We judge ourselves by what we feel capable of doing, while others judge us by what we have already done.
To be in prison so long, it's difficult to remember exactly what you did to get there.
Federal prison, if you get any of it, you're going to have to do 85% of it. And the reason why I called it that is because I had a friend who got sent to the federal joint and his whole... it wasn't about him being in jail. He cried about the 85%.
Justice is that virtue of the soul which is distributive according to desert.
Crimes lead one into another; they who are capable of being forgers are capable of being incendiaries.
If you treat prisoners well, they will be less angry, less inclined to violence inside prison, less likely to provoke violent actions by guards, less likely to have reason to file brutality lawsuits that cost taxpayers a bundle and waste administrators' time. And most important, well-treated prisoners will be less likely to leave prison angrier, more vicious and more inclined to criminal behavior than when they went in.
When I was in prison, I was wrapped up in all those deep books. That Tolstoy crap - people shouldn't read that stuff.
Every instance of a man's suffering the penalty of the law is an instance of the failure of that penalty in effecting its purpose, which is to deter.
The public have more interest in the punishment of an injury than he who receives it.
No matter how you seem to fatten on a crime, that can never be good for the bee which is bad for the hive.
The number of laws is constantly growing in all countries and, owing to this, what is called crime is very often not a crime at all, for it contains no element of violence or harm.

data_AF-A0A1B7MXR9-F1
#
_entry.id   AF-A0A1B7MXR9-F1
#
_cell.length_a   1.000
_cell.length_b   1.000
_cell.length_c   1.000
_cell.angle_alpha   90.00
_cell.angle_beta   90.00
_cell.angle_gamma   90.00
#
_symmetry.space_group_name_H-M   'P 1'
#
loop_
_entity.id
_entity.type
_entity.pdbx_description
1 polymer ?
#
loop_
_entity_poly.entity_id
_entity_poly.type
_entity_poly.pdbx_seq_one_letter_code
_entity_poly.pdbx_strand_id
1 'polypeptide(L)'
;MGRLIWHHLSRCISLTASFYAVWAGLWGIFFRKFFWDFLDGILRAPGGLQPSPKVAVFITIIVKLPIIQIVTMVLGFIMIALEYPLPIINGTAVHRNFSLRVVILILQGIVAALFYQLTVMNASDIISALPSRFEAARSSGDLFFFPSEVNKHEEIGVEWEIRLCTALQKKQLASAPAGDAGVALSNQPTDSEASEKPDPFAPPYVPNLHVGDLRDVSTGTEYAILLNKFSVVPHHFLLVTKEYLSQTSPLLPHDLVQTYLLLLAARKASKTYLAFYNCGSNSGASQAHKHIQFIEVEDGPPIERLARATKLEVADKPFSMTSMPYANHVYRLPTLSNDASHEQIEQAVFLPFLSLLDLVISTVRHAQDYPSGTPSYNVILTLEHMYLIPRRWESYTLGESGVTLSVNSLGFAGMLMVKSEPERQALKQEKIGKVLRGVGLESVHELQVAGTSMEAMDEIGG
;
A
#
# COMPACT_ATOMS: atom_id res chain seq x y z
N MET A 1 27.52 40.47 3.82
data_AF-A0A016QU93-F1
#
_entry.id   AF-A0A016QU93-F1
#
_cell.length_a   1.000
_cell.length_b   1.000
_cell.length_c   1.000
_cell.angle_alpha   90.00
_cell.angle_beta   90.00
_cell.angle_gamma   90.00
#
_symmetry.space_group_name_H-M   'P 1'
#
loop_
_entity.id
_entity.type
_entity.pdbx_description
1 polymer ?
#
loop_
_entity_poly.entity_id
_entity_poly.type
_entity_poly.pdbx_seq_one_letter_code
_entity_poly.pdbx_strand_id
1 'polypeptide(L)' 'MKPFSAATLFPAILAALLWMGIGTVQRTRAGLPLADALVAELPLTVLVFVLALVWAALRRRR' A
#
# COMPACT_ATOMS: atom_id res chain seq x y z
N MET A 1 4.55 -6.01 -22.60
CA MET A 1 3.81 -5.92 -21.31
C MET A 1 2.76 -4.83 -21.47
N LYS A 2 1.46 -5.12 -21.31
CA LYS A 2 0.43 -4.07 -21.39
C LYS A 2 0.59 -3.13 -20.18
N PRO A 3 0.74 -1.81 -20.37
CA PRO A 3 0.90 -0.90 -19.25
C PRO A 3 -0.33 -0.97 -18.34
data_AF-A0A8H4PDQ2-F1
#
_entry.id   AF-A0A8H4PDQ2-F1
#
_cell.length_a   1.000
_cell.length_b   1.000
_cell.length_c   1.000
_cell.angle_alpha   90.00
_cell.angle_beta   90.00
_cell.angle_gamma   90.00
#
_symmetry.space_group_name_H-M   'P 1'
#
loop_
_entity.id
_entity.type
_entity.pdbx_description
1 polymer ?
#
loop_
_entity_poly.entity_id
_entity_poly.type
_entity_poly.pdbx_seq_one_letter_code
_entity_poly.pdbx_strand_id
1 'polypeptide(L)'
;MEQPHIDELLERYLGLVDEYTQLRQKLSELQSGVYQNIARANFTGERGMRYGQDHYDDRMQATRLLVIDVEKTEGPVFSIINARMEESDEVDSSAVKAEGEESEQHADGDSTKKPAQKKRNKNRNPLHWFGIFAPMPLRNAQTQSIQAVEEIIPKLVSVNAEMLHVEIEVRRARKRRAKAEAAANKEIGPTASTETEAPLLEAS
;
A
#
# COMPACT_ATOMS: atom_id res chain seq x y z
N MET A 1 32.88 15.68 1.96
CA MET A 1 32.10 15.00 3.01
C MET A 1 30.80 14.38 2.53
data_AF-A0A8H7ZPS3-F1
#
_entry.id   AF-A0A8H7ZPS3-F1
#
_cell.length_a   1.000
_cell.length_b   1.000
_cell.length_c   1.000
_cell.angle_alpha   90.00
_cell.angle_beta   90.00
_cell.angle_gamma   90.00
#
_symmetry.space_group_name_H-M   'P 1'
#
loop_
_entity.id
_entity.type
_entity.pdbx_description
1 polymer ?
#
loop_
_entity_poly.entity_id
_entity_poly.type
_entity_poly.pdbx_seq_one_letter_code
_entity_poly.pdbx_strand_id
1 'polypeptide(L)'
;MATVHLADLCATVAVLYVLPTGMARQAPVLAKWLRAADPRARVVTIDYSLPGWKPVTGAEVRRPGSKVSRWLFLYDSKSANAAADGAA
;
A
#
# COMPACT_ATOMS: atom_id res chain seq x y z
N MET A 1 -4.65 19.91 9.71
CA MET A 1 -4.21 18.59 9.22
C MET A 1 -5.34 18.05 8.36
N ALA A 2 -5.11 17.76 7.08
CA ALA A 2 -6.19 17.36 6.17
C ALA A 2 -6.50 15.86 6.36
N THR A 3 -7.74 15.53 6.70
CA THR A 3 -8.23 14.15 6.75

I can tell you this on a stack of Bibles: prisons are archaic, brutal, unregenerative, overcrowded hell holes where the inmates are treated like animals with absolutely not one humane thought given to what they are going to do once they are released. You're an animal in a cage and you're treated like one.
I know not whether laws be right, or whether laws be wrong; All that we know who lie in gaol is that the wall is strong; And that each day is like a year, a year whose days are long.
Every crime has, in the moment of its perpetration, Its own avenging angel--dark misgiving, An ominous sinking at the inmost heart.
Care should be taken that the punishment does not exceed the guilt; and also that some men do not suffer for offenses for which others are not even indicted.
It is more dangerous that even a guilty person should be punished without the forms of law than that he should escape.
Trial by jury itself, instead of being a security to persons who are accused, shall be a delusion, a mockery, and a snare.
In jail a man has no personality. He is a minor disposal problem and a few entries on reports. Nobody cares who loves or hates him, what he looks like, what he did with his life. Nobody reacts to him unless he gives trouble. Nobody abuses him. All that is asked of him is that he go quietly to the right cell and remain quiet when he gets there. There is nothing to fight against, nothing to be mad at. The jailers are quiet men without animosity or sadism.
Everyone is a prisoner of his own experiences. No one can eliminate prejudices - just recognize them.
It isn't true that convicts live like animals: animals have more room to move around.
The reformative effect of punishment is a belief that dies hard, chiefly I think, because it is so satisfying to our sadistic impulses.
A Sunday school is a prison in which children do penance for the evil conscience of their parents.
It was only when I lay there on the rotting prison straw that I sensed within myself the first stirrings of good. Gradually it was disclosed to me that the line separating good and evil passes not between states nor between social classes nor between political parties, but right through every human heart, through all human hearts. And that is why I turn back to the years of my imprisonment and say, sometimes to the astonishment of those about me, bless you, prison, for having been a part of my life.